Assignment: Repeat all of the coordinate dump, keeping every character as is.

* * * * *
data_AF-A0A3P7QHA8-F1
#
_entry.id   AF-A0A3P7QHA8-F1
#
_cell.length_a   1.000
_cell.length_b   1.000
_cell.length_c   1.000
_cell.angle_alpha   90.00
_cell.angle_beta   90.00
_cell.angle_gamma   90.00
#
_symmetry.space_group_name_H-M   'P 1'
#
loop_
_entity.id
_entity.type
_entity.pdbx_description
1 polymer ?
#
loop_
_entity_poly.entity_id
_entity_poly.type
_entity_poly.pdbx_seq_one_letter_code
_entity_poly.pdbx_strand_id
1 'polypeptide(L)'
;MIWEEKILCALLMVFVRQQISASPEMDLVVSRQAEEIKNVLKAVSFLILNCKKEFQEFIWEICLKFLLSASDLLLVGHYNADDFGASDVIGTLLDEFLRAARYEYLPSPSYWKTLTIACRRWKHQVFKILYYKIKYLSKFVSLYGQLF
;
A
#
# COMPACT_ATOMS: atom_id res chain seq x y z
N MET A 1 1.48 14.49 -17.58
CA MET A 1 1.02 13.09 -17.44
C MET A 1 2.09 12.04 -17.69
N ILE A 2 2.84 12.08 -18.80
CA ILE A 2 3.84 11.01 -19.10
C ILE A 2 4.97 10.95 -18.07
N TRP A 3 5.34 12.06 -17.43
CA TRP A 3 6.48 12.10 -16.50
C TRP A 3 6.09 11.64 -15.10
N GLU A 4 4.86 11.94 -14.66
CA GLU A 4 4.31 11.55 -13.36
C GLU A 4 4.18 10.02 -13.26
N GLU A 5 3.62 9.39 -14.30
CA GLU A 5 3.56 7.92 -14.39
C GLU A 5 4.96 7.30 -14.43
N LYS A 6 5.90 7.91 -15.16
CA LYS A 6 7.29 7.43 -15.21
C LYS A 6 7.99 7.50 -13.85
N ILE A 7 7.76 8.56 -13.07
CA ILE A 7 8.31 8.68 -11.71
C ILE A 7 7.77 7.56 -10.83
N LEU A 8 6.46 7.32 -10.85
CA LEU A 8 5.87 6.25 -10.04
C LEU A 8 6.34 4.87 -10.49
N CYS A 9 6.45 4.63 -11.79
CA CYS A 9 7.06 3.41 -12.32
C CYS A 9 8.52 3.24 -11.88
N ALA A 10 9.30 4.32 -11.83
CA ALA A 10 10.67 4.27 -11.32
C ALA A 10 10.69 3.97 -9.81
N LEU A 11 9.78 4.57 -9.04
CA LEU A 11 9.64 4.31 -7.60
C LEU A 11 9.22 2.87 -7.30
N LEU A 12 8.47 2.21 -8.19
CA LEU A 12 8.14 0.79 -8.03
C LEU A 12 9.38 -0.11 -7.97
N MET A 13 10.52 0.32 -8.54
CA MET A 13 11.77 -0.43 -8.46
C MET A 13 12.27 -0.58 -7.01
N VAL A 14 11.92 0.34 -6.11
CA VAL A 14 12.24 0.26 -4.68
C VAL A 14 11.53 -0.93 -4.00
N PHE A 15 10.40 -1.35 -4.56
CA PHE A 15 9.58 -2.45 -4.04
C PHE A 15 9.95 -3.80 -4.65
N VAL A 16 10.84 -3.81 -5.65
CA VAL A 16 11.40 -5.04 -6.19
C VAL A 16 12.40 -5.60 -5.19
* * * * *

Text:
data_AF-A0A3P7QHA8-F1
#
_entry.id   AF-A0A3P7QHA8-F1
#
_cell.length_a   1.000
_cell.length_b   1.000
_cell.length_c   1.000
_cell.angle_alpha   90.00
_cell.angle_beta   90.00
_cell.angle_gamma   90.00
#
_symmetry.space_group_name_H-M   'P 1'
#
loop_
_entity.id
_entity.type
_entity.pdbx_description
1 polymer ?
#
loop_
_entity_poly.entity_id
_entity_poly.type
_entity_poly.pdbx_seq_one_letter_code
_entity_poly.pdbx_strand_id
1 'polypeptide(L)'
;MIWEEKILCALLMVFVRQQISASPEMDLVVSRQAEEIKNVLKAVSFLILNCKKEFQEFIWEICLKFLLSASDLLLVGHYNADDFGASDVIGTLLDEFLRAARYEYLPSPSYWKTLTIACRRWKHQVFKILYYKIKYLSKFVSLYGQLF
;
A
#
# COMPACT_ATOMS: atom_id res chain seq x y z
N MET A 1 1.48 14.49 -17.58
CA MET A 1 1.02 13.09 -17.44
C MET A 1 2.09 12.04 -17.69
N ILE A 2 2.84 12.08 -18.80
CA ILE A 2 3.84 11.01 -19.10
C ILE A 2 4.97 10.95 -18.07
N TRP A 3 5.34 12.06 -17.43
CA TRP A 3 6.48 12.10 -16.50
C TRP A 3 6.09 11.64 -15.10
N GLU A 4 4.86 11.94 -14.66
CA GLU A 4 4.31 11.55 -13.36
C GLU A 4 4.18 10.02 -13.26
N GLU A 5 3.62 9.39 -14.30
CA GLU A 5 3.56 7.92 -14.39
C GLU A 5 4.96 7.30 -14.43
N LYS A 6 5.90 7.91 -15.16
CA LYS A 6 7.29 7.43 -15.21
C LYS A 6 7.99 7.50 -13.85
N ILE A 7 7.76 8.56 -13.07
CA ILE A 7 8.31 8.68 -11.71
C ILE A 7 7.77 7.56 -10.83
N LEU A 8 6.46 7.32 -10.85
CA LEU A 8 5.87 6.25 -10.04
C LEU A 8 6.34 4.87 -10.49
N CYS A 9 6.45 4.63 -11.79
CA CYS A 9 7.06 3.41 -12.32
C CYS A 9 8.52 3.24 -11.88
N ALA A 10 9.30 4.32 -11.83
CA ALA A 10 10.67 4.27 -11.32
C ALA A 10 10.69 3.97 -9.81
N LEU A 11 9.78 4.57 -9.04
CA LEU A 11 9.64 4.31 -7.60
C LEU A 11 9.22 2.87 -7.30
N LEU A 12 8.47 2.21 -8.19
CA LEU A 12 8.14 0.79 -8.03
C LEU A 12 9.38 -0.11 -7.97
N MET A 13 10.52 0.32 -8.54
CA MET A 13 11.77 -0.43 -8.46
C MET A 13 12.27 -0.58 -7.01
N VAL A 14 11.92 0.34 -6.11
CA VAL A 14 12.24 0.26 -4.68
C VAL A 14 11.53 -0.93 -4.00
N PHE A 15 10.40 -1.35 -4.56
CA PHE A 15 9.58 -2.45 -4.04
C PHE A 15 9.95 -3.80 -4.65
N VAL A 16 10.84 -3.81 -5.65
CA VAL A 16 11.40 -5.04 -6.19
C VAL A 16 12.40 -5.60 -5.19